I was kindly provided with a review copy in exchange for an honest review. This in no way alters or affects my opinion. Many thanks to Solaris, Rebellion and NetGalley for the ARC! All opinions are my own. All quotes are subject to change in the official publication. Don’t blame Rebellion, or me if they do.
One Day All This Will Be Yours is a love story for the ages.
I mean, there’s some sort of romance within, along with plenty of ages (since time travel and all), and it’s definitely a story, so there’s that. The rest of it basically answers the question: What would happen if a sentient nuclear warhead fell in love? Could it forever deny its baser instinct to eradicate life, or would it… boom?
But I’m getting ahead of myself.
“Stalin and Hitler is cheating.” “I don’t see why. Achilles is cheating, he never even existed.” “Says the woman with three Jack the Rippers.” … The fight’s begun by then. It is… Strangely hilarious.
Nobody remembers how the Causality War started. Really, there’s literally no one to remember—except for me. And I’ve forgotten.
See, the thing about screwing with causality is that eventually, it’s really hard to remember where the start of things and the end of things actually was. And that was before we broke time.
While I don’t remember who started the war—much less whose side I was on—I was the one to finish it. Then I tidied things up as best I could and came here, to the end of time itself. There was no place left for me where I’d been. Or should I say, “when I’d been”. But with time irreparably broken, there was only one place to go. And only one thing to do: see that it never happens again.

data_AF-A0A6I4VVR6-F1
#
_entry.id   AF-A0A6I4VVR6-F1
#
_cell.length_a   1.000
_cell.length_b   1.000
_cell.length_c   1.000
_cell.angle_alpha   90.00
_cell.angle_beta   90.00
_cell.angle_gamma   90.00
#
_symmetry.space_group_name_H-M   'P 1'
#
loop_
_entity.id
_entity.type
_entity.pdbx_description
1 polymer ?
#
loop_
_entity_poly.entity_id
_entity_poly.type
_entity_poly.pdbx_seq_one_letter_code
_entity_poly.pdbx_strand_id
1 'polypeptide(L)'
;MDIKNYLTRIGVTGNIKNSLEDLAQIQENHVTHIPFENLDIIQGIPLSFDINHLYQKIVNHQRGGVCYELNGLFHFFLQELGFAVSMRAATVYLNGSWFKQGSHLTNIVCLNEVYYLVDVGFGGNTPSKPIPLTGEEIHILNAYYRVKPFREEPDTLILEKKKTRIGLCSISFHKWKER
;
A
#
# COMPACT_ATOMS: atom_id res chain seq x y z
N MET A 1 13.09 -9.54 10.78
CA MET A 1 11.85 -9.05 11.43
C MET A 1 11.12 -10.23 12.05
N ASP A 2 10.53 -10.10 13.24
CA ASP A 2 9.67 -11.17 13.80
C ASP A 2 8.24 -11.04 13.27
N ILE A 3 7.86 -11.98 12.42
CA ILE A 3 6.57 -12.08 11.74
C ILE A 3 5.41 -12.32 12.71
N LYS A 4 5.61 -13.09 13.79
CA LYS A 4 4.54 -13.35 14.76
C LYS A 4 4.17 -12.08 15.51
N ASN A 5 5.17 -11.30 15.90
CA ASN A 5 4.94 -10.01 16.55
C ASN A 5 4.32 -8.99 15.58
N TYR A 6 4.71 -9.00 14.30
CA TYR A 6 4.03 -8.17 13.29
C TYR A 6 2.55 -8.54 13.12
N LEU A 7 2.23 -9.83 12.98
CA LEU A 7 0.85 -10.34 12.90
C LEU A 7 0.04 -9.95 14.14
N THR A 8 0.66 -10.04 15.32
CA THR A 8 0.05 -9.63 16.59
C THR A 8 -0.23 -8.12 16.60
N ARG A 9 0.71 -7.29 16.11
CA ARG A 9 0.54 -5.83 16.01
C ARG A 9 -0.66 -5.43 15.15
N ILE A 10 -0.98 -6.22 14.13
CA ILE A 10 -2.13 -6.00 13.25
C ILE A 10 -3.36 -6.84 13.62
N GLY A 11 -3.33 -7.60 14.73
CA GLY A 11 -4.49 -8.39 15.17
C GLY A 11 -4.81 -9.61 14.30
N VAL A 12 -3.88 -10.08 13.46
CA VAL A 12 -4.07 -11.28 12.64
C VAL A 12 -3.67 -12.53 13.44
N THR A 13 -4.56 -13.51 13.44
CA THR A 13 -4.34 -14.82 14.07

This is one of those stories where we never learn the narrator’s name. But his name’s not all that important, to be honest. Probably doesn’t even remember it himself. That’s the thing about causality and time-travel; it really messes with the old noodle. Sufficient to say he’s a time warrior—the last of his name.
The concept works really well. A time warrior, trying to prevent another time war before all of time is destroyed. Or, MORE destroyed, I guess. It being a time travel story, it made my head hurt if I tried too hard to sort everything out. The good news is: the book never tried very hard to sort everything out. Didn’t even really take itself seriously. Oh, there’s a plot, and a story, and they’re both lovely to boot. But it’s filled with tongue-in-cheek, sarcasm, and dark humor. Combined with the detailed, if not intricate, plot—it makes for an entertaining, intense, and often hilarious read.
‘ [We] have a fine old hoot watching Hilter get chased round and round a field by an allosaur. It’s very therapeutic. And the thing about allosaurs is they can run really quite fast, and the thing about Hitlers is that they can’t, not really, or not for very long. ‘
And that’s all before the love story kicks off.
I won’t say much about that, just that… it’s certainly something. I mean, I would totally read more romance novels if they were like this.
While the ending makes for a bit of a letdown (again, no spoilers), One Day All This Will Be Yours is another excellent example of the author in novella form; quirky, creative, unique, and incredibly entertaining.
One Day All This Will Be Yours is the idea time-travel novella—not too intense, not too serious, not TOO hilarious, but just enough of all those combined. Also, entertaining. Very entertaining. My personal choice for the greatest love story of all time (pun intended), the time warrior’s adventure is by no means boring before he meets his perfect match. And while there is a bit of a slump at the very end, ODATWBY provides a unique, amazing take on time travel, and causality itself. Definitely recommended!